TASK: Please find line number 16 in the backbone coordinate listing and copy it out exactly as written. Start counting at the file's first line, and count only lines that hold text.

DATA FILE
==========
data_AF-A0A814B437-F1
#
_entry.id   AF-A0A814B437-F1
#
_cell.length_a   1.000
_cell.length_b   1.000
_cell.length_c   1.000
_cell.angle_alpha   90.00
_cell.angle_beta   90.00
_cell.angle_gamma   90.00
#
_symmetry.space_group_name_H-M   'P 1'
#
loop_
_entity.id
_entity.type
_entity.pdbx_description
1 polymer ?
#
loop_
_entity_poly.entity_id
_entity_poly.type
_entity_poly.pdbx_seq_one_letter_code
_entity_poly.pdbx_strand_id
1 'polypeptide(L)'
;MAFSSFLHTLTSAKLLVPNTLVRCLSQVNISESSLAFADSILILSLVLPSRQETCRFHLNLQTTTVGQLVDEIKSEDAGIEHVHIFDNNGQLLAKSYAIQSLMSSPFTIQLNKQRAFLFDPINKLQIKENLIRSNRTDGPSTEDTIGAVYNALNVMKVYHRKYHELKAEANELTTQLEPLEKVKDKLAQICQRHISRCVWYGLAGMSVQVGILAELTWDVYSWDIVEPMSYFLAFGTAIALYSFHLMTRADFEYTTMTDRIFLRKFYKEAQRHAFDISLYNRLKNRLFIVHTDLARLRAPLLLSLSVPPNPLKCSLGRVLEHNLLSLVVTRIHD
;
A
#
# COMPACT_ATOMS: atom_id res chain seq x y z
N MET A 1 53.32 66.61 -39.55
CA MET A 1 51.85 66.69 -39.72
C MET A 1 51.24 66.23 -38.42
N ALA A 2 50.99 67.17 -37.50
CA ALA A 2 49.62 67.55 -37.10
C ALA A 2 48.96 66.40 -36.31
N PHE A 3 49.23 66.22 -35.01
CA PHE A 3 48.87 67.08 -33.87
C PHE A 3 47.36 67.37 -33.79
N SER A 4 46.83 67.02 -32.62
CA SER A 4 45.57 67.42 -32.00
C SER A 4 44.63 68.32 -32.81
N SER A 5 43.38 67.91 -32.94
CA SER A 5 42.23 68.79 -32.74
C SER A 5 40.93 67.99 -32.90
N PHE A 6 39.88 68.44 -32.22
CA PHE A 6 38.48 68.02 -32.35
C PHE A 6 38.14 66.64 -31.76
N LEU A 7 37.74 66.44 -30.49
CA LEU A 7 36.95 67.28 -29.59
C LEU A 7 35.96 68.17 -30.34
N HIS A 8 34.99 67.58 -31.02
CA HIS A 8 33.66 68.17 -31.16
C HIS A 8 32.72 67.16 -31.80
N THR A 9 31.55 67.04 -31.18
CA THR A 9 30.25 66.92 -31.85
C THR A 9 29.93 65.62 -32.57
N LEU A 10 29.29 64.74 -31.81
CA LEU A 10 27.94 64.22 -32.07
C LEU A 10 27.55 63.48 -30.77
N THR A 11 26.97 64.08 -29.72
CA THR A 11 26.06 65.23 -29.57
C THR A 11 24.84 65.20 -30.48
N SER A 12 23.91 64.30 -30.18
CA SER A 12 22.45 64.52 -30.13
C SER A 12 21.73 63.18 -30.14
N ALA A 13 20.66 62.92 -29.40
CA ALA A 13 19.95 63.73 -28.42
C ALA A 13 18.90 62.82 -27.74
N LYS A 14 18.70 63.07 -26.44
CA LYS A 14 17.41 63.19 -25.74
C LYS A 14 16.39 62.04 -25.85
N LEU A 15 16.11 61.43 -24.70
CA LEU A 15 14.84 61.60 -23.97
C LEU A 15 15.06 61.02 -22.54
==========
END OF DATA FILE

_entity.type